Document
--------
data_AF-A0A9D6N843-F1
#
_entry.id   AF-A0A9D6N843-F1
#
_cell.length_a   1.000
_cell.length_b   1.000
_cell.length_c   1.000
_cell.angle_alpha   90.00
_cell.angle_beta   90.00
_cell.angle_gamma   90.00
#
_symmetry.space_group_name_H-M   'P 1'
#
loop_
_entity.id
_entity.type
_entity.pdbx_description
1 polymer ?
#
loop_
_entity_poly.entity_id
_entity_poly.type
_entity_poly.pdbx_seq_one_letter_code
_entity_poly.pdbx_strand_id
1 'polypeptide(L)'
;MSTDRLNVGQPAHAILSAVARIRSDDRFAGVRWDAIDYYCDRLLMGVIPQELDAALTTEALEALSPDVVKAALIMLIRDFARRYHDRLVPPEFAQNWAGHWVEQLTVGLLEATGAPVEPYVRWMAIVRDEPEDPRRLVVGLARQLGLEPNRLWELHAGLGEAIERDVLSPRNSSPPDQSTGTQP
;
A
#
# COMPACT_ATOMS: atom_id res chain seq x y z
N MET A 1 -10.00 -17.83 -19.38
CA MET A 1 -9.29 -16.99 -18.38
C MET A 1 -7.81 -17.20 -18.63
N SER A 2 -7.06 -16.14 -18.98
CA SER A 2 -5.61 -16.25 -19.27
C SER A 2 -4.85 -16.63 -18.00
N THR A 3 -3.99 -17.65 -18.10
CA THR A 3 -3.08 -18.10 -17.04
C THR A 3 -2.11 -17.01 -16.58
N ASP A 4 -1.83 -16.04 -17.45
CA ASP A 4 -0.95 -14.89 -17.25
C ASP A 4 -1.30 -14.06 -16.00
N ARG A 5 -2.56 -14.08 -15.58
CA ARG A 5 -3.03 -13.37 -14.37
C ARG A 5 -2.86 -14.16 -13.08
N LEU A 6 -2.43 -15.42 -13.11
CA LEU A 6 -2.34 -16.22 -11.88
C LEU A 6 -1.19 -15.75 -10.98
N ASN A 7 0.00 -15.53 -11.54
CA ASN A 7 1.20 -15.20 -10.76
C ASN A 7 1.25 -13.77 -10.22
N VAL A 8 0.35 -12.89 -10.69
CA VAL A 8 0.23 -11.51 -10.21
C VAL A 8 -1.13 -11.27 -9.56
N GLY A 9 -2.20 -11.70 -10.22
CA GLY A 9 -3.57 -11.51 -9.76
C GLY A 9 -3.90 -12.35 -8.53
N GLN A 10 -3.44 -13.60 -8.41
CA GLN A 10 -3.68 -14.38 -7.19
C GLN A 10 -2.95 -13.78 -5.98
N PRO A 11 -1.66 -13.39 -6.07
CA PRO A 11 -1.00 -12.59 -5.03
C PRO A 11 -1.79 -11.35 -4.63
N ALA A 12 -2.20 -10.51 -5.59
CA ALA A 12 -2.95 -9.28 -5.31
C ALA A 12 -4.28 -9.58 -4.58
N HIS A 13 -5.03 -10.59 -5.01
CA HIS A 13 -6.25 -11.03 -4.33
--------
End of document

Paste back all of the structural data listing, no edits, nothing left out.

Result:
data_AF-A0A9D6N843-F1
#
_entry.id   AF-A0A9D6N843-F1
#
_cell.length_a   1.000
_cell.length_b   1.000
_cell.length_c   1.000
_cell.angle_alpha   90.00
_cell.angle_beta   90.00
_cell.angle_gamma   90.00
#
_symmetry.space_group_name_H-M   'P 1'
#
loop_
_entity.id
_entity.type
_entity.pdbx_description
1 polymer ?
#
loop_
_entity_poly.entity_id
_entity_poly.type
_entity_poly.pdbx_seq_one_letter_code
_entity_poly.pdbx_strand_id
1 'polypeptide(L)'
;MSTDRLNVGQPAHAILSAVARIRSDDRFAGVRWDAIDYYCDRLLMGVIPQELDAALTTEALEALSPDVVKAALIMLIRDFARRYHDRLVPPEFAQNWAGHWVEQLTVGLLEATGAPVEPYVRWMAIVRDEPEDPRRLVVGLARQLGLEPNRLWELHAGLGEAIERDVLSPRNSSPPDQSTGTQP
;
A
#
# COMPACT_ATOMS: atom_id res chain seq x y z
N MET A 1 -10.00 -17.83 -19.38
CA MET A 1 -9.29 -16.99 -18.38
C MET A 1 -7.81 -17.20 -18.63
N SER A 2 -7.06 -16.14 -18.98
CA SER A 2 -5.61 -16.25 -19.27
C SER A 2 -4.85 -16.63 -18.00
N THR A 3 -3.99 -17.65 -18.10
CA THR A 3 -3.08 -18.10 -17.04
C THR A 3 -2.11 -17.01 -16.58
N ASP A 4 -1.83 -16.04 -17.45
CA ASP A 4 -0.95 -14.89 -17.25
C ASP A 4 -1.30 -14.06 -16.00
N ARG A 5 -2.56 -14.08 -15.58
CA ARG A 5 -3.03 -13.37 -14.37
C ARG A 5 -2.86 -14.16 -13.08
N LEU A 6 -2.43 -15.42 -13.11
CA LEU A 6 -2.34 -16.22 -11.88
C LEU A 6 -1.19 -15.75 -10.98
N ASN A 7 0.00 -15.53 -11.54
CA ASN A 7 1.20 -15.20 -10.76
C ASN A 7 1.25 -13.77 -10.22
N VAL A 8 0.35 -12.89 -10.69
CA VAL A 8 0.23 -11.51 -10.21
C VAL A 8 -1.13 -11.27 -9.56
N GLY A 9 -2.20 -11.70 -10.22
CA GLY A 9 -3.57 -11.51 -9.76
C GLY A 9 -3.90 -12.35 -8.53
N GLN A 10 -3.44 -13.60 -8.41
CA GLN A 10 -3.68 -14.38 -7.19
C GLN A 10 -2.95 -13.78 -5.98
N PRO A 11 -1.66 -13.39 -6.07
CA PRO A 11 -1.00 -12.59 -5.03
C PRO A 11 -1.79 -11.35 -4.63
N ALA A 12 -2.20 -10.51 -5.59
CA ALA A 12 -2.95 -9.28 -5.31
C ALA A 12 -4.28 -9.58 -4.58
N HIS A 13 -5.03 -10.59 -5.01
CA HIS A 13 -6.25 -11.03 -4.33